Gripe, Gripe, Gripe.

I’m sure my five faithful readers remember all too well when I was complaining about being unemployed a few weeks back, but now that I’ve been employed for three weeks, allow me to gripe for a moment about having a job.

So I’m currently working in a print shop, manning the front desk and helping to keep the office organized and the internal processes flowing smoothly. There are a lot of things that I really enjoy about this job, namely the mostly chill environment and co-workers and meeting lots of really interesting people that have us print things for them. A lot of my job is answering the phone, which if anyone knows me well, they know that I don’t enjoy talking on the phone in my personal life let alone my professional life, and that I definitely struggle to represent myself accurately on the phone. In other words, when I talk to strangers on the phone, I feel that I sound a lot dumber and less competent than I actually am. But surprisingly, I’ve fallen into the groove of things, and now I don’t feel nearly so anxiety-riddled to call someone up and tell them that their print job is done and ready to be picked up. As much as I hate talking on the phone, it’s challenging me in a good way to broaden my comfort zone and improve a skill that can serve me well in other jobs in the future.

Those are the good things. One of the most difficult things about this job is that it requires me, a natural introvert, to be very outgoing and bubbly. Not really my style unless I’m slightly intoxicated, sorry to say. Apparently the girl who had my job before was really friendly and perky, and several of the customers have told me how sad they are that she doesn’t work there anymore. Which makes me feel really great, obviously. I’ve never been a person to act any other way than how I’m feeling or how I am naturally (within the bounds of politeness, of course), and I’ve also never been a person who can roll with anything and be confident and cool when I have no idea what I’m talking about (as I so often do at this job), so I’m having a hard time adopting this Susie-Talks-A-Lot persona that’s expected of me. Is it better to be competent and professional, or friendly and outgoing? I would almost always say the former, but I think that just isn’t the case in customer service-oriented jobs like this one. I welcome any tips on how to dissociate my real personality from my fake work personality, ie. someone please teach me how to be schizophrenic.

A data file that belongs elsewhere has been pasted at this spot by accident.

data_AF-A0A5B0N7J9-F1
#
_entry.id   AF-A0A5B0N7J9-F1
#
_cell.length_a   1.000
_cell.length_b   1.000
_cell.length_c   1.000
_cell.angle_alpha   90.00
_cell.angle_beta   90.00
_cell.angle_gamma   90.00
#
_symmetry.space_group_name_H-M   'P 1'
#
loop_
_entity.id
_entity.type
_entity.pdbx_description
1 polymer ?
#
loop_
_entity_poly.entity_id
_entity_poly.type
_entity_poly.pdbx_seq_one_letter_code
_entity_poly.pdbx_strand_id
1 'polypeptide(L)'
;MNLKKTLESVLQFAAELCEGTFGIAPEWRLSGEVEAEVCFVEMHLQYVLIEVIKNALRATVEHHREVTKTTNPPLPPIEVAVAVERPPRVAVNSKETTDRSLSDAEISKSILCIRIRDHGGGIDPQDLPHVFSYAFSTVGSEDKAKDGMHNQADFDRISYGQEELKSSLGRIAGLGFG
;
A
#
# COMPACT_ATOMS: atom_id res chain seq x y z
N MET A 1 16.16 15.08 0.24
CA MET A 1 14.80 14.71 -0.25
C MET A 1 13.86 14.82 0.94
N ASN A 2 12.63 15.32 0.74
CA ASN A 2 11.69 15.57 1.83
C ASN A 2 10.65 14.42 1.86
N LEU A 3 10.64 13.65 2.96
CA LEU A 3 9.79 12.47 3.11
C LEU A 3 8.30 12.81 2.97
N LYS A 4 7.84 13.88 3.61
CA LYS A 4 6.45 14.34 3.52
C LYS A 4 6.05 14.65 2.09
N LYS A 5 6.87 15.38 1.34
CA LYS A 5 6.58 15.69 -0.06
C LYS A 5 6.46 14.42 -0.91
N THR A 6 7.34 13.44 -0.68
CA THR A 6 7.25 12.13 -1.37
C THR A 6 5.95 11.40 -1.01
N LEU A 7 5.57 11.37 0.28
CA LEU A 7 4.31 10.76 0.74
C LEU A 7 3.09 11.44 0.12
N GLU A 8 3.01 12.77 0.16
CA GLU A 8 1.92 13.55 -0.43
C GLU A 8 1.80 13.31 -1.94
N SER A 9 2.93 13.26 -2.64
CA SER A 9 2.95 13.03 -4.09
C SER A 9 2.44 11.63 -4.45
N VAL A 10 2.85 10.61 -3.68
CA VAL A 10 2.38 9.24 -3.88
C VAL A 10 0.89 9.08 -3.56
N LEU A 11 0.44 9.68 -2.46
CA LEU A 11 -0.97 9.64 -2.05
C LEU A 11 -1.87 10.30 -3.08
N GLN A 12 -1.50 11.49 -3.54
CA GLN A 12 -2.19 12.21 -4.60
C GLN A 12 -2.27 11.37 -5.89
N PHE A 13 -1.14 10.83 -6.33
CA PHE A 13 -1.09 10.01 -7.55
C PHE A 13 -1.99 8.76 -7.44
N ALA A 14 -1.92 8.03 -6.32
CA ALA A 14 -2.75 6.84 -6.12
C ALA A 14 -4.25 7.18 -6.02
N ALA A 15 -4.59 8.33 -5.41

The worst thing about this job is the inconsistency of work hours. I was told I would be working about five hours each day, Monday through Friday; some days I work from 9 until 12:30, some days I work until 4:30. My work hours are entirely dependent on the amount of incoming work to be done; if it’s slow, which apparently it is in the summer months, and I run out of things to do, they send me home. If it’s busy, I work a full day. There is zero uniformity. I can’t plan my life around something with so little structure. And, I’m only getting paid $10 an hour, which means my paychecks for each two-week pay period my paycheck is $400 or less. And it would be one thing if I were living at home with my parents, or if it was just a summer job that I was only going to be at for a couple months, but seriously, I have a college degree! And I’ve worn out my welcome in my current rent-free living situation, which means I’m going to have to start paying rent again soon! And I have to start paying on my student loans in September! I’ve got bills and expenses, man. And to paraphrase Notorious B.I.G.: no money, mo’ problems. Kendall need steady hours and steady income. She need it now.

Okay, venting complete. I hate to sound ungrateful for the job I have, because I could certainly still be unemployed, and a lot of people are unemployed and are a lot worse off than I am. But, I guess I’m just now starting to see that having a job doesn’t solve all of my problems. It’s a good start, but there’s a lot more puzzle pieces that need to fall into place before I can characterize my feelings about my life as okay and stable. Until then, I just need to persevere and be grateful.

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One response to “Gripe, Gripe, Gripe.

  1. Erendira Jimenez

    At my last job (working at a restaurant as a cashier. Oh the joys…) what really helped me was learning the “script”–the things you say to every customer or everytime you answer the phone. Then, it just becomes acting while you’re intereacting with people. It’s not fake, per se, because you’re really only fulfilling a role for the benefit of that other person and your employer. I’m still doing it now at my new job because I’m having to make phone calls to parents and therapists multiple times a day (which also makes me uncomfortable). I’m finding that as long as I don’t deviate too far from the script I feel more comfortable and confident when I’m speaking and when I’m not talking to people I can go back to being quiet me. Also, don’t feel bad about not having a great job yet. It took me a whole year after graduation to land this job that actually utilizes my degree. And you might as well keep looking for new jobs while you’re at your job, if you can. It doesn’t hurt to always be on the lookout.

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